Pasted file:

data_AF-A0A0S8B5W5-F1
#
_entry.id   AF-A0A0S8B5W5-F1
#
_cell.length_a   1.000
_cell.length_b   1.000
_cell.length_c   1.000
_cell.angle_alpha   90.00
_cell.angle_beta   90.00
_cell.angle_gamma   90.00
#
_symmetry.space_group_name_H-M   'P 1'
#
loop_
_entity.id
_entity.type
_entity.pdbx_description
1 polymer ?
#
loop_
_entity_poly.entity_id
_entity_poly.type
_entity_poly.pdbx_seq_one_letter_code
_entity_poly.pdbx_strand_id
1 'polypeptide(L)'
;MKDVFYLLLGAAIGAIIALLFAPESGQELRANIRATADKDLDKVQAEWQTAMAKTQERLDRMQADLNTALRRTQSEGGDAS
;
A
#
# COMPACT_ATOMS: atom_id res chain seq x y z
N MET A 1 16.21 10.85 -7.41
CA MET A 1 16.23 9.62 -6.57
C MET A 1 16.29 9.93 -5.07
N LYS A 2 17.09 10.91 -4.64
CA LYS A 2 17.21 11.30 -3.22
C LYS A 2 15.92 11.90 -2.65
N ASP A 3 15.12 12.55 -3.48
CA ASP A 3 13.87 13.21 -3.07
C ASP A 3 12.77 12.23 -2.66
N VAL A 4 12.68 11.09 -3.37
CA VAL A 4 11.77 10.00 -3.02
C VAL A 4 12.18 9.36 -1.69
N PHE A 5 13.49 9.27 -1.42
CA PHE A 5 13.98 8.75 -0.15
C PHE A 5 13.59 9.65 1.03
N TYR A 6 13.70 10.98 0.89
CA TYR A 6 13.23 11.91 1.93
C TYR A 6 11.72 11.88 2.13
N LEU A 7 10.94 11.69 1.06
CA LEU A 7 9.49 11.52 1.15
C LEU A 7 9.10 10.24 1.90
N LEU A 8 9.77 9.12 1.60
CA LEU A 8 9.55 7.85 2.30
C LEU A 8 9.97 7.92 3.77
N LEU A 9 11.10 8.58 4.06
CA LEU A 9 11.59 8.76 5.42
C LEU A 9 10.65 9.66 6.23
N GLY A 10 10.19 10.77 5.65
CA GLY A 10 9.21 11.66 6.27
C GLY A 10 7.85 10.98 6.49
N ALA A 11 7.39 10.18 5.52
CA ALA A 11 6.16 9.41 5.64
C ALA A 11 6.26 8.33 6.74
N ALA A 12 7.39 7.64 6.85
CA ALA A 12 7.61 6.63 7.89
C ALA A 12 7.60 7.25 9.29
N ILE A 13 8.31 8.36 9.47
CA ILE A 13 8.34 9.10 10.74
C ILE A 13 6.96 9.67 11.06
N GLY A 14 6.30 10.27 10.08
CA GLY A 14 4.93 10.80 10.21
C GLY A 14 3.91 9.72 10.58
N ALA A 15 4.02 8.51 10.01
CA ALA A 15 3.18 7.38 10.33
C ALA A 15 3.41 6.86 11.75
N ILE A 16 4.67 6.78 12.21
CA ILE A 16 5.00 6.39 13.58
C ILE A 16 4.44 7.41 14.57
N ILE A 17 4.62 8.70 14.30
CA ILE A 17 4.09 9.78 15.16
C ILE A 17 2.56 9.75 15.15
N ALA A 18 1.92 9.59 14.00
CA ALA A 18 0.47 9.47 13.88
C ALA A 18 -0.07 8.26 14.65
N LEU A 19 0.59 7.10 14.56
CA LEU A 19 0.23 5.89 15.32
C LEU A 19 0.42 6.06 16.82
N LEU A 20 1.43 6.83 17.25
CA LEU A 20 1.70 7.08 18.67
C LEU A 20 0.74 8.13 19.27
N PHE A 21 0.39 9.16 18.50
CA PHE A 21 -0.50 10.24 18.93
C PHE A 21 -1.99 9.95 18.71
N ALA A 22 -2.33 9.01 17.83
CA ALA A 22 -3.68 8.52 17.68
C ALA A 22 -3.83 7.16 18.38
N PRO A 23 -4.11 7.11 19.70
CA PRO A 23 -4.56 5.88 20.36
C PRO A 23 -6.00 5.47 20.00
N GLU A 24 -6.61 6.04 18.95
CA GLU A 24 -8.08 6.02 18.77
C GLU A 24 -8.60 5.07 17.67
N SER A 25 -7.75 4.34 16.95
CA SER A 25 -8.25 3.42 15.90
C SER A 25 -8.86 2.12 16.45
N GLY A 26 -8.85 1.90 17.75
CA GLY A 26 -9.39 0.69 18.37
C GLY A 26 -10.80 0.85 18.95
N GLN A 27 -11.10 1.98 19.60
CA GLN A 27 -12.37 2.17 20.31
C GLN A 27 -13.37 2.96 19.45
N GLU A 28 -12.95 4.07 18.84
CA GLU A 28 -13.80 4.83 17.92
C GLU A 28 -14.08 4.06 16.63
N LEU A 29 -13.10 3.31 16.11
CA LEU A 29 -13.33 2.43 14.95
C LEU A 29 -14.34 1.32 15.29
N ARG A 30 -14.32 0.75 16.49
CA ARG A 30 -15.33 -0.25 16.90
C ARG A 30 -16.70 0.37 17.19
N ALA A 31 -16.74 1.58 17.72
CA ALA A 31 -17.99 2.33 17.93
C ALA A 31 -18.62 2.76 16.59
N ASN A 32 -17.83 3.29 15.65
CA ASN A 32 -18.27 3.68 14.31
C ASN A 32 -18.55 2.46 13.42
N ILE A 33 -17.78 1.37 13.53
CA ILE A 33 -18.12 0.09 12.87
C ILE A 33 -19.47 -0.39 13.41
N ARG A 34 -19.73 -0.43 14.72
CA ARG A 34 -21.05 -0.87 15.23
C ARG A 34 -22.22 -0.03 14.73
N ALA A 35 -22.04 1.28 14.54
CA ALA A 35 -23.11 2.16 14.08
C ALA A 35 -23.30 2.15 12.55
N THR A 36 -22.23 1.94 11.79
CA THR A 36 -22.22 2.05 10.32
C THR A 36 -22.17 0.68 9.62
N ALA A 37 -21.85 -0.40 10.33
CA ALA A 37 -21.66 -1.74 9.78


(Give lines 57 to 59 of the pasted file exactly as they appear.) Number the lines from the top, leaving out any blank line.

C LEU A 9 10.65 9.66 6.23
N GLY A 10 10.19 10.77 5.65
CA GLY A 10 9.21 11.66 6.27